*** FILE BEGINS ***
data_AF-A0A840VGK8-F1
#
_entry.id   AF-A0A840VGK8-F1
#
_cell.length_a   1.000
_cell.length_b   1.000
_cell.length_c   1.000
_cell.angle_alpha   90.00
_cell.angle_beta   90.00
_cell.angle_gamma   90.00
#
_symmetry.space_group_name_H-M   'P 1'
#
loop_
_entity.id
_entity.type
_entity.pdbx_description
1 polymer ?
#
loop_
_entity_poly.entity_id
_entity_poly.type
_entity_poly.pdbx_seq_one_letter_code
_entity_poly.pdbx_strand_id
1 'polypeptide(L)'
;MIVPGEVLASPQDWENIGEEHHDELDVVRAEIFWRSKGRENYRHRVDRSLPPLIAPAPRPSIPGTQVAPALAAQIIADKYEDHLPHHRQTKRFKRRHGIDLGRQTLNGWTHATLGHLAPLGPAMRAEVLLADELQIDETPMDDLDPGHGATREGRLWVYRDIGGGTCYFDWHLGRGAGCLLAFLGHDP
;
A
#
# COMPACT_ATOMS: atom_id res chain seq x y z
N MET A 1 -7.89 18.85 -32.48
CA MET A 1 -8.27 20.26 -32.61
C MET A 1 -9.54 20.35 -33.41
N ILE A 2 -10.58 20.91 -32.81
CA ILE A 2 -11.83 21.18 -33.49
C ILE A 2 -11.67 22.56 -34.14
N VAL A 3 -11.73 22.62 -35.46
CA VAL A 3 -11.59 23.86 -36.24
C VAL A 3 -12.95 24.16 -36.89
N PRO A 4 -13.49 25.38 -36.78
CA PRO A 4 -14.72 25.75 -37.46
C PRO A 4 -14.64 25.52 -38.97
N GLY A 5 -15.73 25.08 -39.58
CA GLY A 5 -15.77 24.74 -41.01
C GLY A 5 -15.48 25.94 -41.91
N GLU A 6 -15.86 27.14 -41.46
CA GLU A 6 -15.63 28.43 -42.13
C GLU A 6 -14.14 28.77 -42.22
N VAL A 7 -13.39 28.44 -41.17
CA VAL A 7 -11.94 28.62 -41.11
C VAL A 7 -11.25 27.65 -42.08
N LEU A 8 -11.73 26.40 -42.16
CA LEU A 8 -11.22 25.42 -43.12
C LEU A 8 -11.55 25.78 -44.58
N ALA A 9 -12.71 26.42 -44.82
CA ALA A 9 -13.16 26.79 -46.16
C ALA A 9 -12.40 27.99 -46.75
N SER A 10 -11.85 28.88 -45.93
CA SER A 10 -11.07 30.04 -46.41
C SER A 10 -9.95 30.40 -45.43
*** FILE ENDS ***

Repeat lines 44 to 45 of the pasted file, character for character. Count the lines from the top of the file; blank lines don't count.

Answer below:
CA GLY A 5 -15.77 24.74 -41.01
C GLY A 5 -15.48 25.94 -41.91